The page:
- Category: Volume 88 (Fall 2016 - Spring 2017)
- Published: 25 January 2017
- Written by RICH FELLICITI | ASSOCIATE NEWS EDITOR
New Jersey workers experienced a $0.06 minimum wage increase on Jan. 1, 2017. NJ is one of 19 states that experienced a minimum wage increase that raised the minimum wage in the state from $8.38 to $8.44.
NJ is implementing the increase state-wide, yet some states are taking a more regional approach. For example, New York has varied the minimum wage based on location and circumstance. The wage rose to $11 in New York City, to $10.50 for small businesses in the city, $10 in its downstate suburbs and $9.70 in certain other locations. In Connecticut, the minimum hourly wage will climb to $0.50 cents, from $9.60 to $10.10.
According to Joshua Manning, senior business major, these increases have been the result of steadfast effort over previous years. Many supporters of the increase believe that the minimum wage is unlivable, and an increase is imperative for people to maintain a quality of life.
Aimee Parks, Assistant Director of Human Resources for Student Employment, said, “Even though it is only $0.06 at the moment, the increase will certainly make people happy. While students have not been necessarily clamoring for jobs, the office has remained steady. I am sure people will be more interested in attaining a job if these rates continue to increase.”
The ultimate goal of many fast-food workers and organized laborers is to increase the wage to $15, which is commonly seen as a fair, livable wage, added Manning.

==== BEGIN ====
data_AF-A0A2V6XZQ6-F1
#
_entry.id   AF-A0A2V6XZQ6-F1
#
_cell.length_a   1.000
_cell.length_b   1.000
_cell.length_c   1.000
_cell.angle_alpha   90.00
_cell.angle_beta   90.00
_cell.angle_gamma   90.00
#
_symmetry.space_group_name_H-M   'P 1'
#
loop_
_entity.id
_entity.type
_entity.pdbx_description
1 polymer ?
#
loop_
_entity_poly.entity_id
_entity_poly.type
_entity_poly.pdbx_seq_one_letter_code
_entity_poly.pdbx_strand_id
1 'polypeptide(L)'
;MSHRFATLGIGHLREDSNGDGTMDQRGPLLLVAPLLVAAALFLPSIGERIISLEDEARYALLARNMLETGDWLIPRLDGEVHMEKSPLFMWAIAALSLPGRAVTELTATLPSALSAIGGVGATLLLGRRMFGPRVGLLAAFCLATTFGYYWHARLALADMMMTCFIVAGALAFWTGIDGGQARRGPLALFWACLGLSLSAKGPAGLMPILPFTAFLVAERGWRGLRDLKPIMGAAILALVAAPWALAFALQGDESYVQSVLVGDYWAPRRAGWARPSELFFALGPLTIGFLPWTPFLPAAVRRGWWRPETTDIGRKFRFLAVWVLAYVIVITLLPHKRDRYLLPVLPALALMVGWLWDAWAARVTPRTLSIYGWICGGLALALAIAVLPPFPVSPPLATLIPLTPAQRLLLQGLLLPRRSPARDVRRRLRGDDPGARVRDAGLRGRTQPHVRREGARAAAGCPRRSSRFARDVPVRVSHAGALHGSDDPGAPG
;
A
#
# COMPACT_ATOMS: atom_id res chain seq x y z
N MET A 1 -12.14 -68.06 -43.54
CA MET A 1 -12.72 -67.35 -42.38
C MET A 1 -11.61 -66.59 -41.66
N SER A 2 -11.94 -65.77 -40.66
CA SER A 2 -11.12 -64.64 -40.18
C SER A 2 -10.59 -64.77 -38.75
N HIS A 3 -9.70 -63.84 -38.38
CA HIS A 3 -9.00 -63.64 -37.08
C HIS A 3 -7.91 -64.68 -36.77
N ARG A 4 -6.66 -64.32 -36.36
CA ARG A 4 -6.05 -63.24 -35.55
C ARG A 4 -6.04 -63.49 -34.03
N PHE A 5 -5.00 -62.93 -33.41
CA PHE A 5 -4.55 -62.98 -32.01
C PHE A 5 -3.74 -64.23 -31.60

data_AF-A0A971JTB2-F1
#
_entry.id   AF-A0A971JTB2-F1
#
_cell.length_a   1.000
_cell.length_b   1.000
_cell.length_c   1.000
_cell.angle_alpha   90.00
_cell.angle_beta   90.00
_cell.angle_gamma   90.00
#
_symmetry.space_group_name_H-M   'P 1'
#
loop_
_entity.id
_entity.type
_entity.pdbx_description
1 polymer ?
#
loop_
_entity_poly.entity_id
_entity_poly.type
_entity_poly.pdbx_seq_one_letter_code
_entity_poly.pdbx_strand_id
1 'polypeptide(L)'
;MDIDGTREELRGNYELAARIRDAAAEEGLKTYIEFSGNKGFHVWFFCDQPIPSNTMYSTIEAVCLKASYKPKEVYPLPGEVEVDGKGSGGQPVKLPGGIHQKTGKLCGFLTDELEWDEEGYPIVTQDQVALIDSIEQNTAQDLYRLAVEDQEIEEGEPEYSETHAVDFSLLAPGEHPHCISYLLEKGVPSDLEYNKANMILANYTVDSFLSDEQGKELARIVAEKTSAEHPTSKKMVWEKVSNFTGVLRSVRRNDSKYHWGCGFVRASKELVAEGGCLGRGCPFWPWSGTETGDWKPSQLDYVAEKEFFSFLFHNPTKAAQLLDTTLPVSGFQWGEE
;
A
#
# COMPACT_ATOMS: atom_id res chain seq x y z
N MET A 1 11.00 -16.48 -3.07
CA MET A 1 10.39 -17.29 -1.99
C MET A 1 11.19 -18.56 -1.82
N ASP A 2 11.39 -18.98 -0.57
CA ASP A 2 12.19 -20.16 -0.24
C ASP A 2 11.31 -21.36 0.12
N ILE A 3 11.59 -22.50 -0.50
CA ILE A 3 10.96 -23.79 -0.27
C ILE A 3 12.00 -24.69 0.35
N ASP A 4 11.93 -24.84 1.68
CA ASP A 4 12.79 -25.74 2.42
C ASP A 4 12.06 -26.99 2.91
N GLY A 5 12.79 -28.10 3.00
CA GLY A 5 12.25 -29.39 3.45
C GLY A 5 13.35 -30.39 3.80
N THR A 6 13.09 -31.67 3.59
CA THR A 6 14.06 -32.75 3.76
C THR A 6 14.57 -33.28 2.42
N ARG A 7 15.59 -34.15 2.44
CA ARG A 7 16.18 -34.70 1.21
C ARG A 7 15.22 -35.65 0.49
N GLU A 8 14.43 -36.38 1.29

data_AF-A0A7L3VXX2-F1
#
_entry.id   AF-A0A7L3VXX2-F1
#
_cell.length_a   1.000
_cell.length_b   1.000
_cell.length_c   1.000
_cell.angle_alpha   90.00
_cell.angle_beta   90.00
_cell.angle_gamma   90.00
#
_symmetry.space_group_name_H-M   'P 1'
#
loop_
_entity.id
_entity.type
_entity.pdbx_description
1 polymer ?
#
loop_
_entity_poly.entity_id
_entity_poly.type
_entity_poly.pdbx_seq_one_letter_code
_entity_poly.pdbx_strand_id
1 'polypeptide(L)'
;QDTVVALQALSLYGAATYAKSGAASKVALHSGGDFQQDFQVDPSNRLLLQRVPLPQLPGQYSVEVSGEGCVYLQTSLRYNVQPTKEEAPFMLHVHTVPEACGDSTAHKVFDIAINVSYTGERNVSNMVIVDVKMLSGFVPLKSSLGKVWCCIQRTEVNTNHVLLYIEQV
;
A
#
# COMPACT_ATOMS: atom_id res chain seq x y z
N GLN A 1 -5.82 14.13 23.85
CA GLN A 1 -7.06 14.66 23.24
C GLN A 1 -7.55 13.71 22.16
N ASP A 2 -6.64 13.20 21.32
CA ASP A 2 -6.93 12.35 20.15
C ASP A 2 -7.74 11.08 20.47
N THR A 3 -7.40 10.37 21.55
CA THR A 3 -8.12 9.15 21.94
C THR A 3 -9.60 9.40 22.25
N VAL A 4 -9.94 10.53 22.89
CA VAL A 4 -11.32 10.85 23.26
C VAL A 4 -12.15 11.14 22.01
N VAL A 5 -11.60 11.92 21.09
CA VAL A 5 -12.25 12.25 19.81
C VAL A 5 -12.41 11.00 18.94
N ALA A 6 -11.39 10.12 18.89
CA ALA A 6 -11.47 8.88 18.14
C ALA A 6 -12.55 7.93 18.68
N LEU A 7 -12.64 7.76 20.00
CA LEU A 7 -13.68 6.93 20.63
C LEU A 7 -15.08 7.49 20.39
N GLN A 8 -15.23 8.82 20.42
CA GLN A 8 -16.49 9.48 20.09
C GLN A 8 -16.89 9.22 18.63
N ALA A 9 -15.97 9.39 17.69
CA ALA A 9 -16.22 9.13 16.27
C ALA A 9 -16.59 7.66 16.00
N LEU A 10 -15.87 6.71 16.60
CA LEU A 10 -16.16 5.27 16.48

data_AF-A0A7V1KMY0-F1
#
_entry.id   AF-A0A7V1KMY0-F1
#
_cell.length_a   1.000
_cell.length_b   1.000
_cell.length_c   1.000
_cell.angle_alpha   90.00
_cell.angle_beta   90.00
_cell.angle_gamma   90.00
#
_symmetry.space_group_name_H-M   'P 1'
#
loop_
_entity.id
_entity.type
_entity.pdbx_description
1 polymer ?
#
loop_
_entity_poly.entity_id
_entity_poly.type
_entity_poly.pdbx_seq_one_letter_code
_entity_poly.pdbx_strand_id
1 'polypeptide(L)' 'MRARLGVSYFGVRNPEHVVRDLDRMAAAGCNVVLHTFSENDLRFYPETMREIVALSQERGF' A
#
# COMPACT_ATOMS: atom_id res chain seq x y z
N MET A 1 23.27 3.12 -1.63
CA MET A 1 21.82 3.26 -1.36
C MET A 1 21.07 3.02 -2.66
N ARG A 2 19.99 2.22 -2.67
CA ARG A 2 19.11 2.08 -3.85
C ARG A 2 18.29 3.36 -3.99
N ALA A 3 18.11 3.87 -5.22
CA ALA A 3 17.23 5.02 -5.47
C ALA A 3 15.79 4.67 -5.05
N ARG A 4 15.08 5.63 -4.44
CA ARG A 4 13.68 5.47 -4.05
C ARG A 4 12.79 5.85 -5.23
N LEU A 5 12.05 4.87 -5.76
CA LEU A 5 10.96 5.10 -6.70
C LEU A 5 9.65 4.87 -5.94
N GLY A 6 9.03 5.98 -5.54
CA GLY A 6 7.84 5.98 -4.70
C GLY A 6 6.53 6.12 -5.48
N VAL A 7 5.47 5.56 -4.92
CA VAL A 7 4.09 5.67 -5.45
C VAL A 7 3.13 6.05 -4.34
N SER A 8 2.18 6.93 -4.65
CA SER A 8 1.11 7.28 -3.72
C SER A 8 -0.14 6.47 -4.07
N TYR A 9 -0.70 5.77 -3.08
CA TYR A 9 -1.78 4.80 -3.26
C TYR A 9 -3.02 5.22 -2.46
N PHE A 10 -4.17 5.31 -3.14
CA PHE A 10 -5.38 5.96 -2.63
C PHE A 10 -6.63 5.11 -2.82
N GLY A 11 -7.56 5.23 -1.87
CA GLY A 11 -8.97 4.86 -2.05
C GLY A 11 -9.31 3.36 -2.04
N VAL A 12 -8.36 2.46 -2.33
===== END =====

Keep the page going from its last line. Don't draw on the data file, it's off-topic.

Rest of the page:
“I am not one of those people that thinks the minimum wage should be increased to $15. Such a drastic increase will never work, as it would simply shock the economy,” said Manning. “Instead, the minimum wage should be increased incrementally to a certain point, and then tied to inflation. When President Franklin Roosevelt introduced minimum wage in 1933, I am shocked that tying it to inflation was not the first thing he thought of.
“I currently make a $1.50 over minimum wage, and while I am fortunate enough that some of my expenses are still covered by my parents, they do not cover my day to day living with regard to expenses such as food, gas, and bills,” said Emma Stowell, a junior chemistry student.
According to an article published by the USA Today on Sept. 13, 2014, the cost of living in New Jersey is substantially higher compared to other states. You would need $95,000 salary to feel completely comfortable with regard to living expenses. The median value of Jersey homes is approximately $278,600, higher than two-thirds of the United States. Homes in the northern part of the state are even more expensive, as the median list price is just under $300K, or $174 per square foot.
Corey Wrenn, PhD., a professor of MU’s Sociology Department, noted that six cents are not much of an increase for people to get excited about.
“I remember I used to work minimum wage for a little over five dollars, and that was unlivable,” said Wrenn. “Even though its increasing, it still isn’t enough to live off of. It definitely needs to increase more in the future.”